Heal Yourself By Harnessing Your Mind

Posted: May 23, 2014 at 10:46 pm


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We tend to think of medicine as being all about pills and potions recommended to us by another persona doctor. But science is starting to reveal that for many conditions another ingredient could be critical to the success of these drugs, or perhaps even replace them. That ingredient is nothing more than your own mind.

Here are six ways to raid your built-in medicine cabinet.

I talk to my pills, says Dan Moerman, an anthropologist at the University of Michigan-Dearborn. I say, Hey guys, I know youre going to do a terrific job.

That might sound eccentric, but based on what weve learned about the placebo effect, there is good reason to think that talking to your pills really can make them do a terrific job. The way we think and feel about medical treatments can dramatically influence how our bodies respond.

Simply believing that a treatment will work may trigger the desired effect even if the treatment is inerta sugar pill, say, or a saline injection. For a wide range of conditions, from depression to Parkinsons, osteoarthritis and multiple sclerosis, it is clear that the placebo response is far from imaginary. Trials have shown measurable changes such as the release of natural painkillers, altered neuronal firing patterns, lowered blood pressure or heart rate and boosted immune response, all depending on the beliefs of the patient.

It has always been assumed that the placebo effect only works if people are conned into believing that they are getting an actual active drug. But now it seems this may not be true. Belief in the placebo effect itselfrather than a particular drugmight be enough to encourage our bodies to heal.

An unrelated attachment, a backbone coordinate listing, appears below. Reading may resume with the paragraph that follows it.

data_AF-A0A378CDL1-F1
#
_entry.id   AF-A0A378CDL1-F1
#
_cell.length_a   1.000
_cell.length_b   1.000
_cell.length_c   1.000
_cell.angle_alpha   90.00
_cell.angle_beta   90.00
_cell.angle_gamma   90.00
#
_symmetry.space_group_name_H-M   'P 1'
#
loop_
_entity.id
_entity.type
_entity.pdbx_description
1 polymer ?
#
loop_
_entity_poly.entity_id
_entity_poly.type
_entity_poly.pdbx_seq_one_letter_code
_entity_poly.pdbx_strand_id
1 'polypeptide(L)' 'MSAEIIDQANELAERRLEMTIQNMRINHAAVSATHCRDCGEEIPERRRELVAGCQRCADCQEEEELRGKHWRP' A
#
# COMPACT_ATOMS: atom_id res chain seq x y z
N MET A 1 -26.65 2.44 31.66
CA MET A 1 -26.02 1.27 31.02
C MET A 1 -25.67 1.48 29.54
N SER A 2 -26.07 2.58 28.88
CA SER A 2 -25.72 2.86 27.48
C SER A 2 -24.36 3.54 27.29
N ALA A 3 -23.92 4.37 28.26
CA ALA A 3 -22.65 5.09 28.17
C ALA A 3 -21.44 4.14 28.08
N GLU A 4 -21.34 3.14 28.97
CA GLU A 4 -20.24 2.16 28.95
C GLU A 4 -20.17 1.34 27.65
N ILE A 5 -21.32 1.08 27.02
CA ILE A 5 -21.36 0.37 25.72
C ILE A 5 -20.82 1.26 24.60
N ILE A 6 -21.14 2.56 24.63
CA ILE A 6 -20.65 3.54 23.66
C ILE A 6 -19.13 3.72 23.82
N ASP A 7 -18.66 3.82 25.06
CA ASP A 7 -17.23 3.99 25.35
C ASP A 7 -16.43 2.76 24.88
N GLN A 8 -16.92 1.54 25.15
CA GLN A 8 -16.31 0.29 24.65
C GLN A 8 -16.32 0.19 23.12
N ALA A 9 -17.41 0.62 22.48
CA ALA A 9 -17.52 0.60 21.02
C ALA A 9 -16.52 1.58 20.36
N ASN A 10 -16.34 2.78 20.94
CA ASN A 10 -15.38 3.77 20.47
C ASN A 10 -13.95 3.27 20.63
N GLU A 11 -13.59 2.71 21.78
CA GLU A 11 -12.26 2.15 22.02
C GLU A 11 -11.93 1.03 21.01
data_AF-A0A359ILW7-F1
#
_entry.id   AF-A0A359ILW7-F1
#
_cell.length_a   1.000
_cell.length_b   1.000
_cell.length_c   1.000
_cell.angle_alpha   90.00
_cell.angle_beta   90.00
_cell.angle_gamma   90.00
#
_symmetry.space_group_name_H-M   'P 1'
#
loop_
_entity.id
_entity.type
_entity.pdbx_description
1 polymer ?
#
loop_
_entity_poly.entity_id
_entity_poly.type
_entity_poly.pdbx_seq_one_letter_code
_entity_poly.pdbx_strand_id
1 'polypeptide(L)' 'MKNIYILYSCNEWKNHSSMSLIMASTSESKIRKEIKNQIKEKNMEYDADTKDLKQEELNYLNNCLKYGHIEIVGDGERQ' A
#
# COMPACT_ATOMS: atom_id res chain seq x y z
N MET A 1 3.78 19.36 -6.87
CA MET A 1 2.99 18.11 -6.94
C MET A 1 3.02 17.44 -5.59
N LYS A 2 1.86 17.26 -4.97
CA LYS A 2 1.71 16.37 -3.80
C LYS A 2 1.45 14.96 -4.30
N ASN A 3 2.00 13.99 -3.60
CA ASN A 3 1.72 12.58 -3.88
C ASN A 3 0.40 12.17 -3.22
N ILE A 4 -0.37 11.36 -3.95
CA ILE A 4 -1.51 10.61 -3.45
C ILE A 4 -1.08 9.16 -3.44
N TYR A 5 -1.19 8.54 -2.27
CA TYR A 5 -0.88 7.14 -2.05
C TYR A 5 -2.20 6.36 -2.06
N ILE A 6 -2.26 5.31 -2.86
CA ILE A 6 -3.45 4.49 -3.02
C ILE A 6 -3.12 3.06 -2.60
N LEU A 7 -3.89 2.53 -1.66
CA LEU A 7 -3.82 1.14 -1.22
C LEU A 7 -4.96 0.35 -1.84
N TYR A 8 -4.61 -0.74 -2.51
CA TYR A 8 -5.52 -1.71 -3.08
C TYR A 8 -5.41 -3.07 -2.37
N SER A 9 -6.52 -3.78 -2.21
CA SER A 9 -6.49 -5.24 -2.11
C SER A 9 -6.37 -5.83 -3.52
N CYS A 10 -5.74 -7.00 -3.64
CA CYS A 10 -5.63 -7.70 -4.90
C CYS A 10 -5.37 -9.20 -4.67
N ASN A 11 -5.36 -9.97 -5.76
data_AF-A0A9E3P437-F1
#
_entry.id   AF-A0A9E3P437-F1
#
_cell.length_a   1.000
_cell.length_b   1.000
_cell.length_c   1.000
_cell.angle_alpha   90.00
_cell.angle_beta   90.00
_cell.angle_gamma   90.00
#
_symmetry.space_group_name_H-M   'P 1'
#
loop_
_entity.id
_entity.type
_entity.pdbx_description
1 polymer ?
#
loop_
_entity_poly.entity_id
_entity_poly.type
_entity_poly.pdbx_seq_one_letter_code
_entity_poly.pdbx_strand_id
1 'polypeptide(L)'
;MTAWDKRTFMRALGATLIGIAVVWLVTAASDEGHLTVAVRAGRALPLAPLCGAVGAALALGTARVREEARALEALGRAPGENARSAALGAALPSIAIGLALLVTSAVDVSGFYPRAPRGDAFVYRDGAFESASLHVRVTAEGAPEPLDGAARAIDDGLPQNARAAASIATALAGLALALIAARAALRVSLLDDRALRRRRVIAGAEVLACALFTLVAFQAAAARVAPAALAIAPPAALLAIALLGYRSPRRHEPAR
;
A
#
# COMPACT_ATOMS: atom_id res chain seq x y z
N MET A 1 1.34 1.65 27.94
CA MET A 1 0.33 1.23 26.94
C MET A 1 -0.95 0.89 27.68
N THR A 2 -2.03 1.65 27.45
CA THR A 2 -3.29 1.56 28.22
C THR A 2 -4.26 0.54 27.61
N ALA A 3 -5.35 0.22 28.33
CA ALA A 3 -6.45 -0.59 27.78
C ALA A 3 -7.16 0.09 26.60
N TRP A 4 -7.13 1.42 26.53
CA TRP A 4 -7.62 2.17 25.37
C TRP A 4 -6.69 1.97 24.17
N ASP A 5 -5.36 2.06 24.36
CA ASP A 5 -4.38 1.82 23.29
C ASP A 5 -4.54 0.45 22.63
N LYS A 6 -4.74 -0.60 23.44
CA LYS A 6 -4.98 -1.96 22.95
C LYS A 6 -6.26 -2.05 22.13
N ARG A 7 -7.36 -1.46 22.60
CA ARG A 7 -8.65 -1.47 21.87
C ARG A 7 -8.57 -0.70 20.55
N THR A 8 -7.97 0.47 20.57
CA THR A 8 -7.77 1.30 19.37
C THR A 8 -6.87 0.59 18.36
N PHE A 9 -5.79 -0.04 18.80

In a recent study, Ted Kaptchuk of Harvard Medical School in Boston and his colleagues gave people with irritable bowel syndrome an inert pill. They told them that the pills were made of an inert substance, like sugar pills, that have been shown in clinical studies to produce significant improvement in IBS symptoms through mind-body self-healing processes, which is perfectly true. Despite knowing the pills were inert, on average the volunteers rated their symptoms as moderately improved after taking them, whereas those given no pills said there was only a slight change.

Everybody thought it wouldnt happen, says the studys co-author Irving Kirsch, a psychologist at the University of Hull. He thinks that the key was giving patients something to believe in. We didnt just say heres a sugar pill. We explained to the patients why it should work, in a way that was convincing to them.

As well as having implications for the medical profession, the study raises the possibility that we could all use the placebo effect to convince ourselves that sucking on a sweet or downing a glass of water, for example, will banish a headache, clear up a skin condition or boost the effectiveness of any drugs that we take. Our study suggests that might indeed help, says Kirsch. While Moerman talks to his pills, Kirsch recommends visualizing the desired improvement and telling yourself that something is going to get better.

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Heal Yourself By Harnessing Your Mind

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Written by grays |

May 23rd, 2014 at 10:46 pm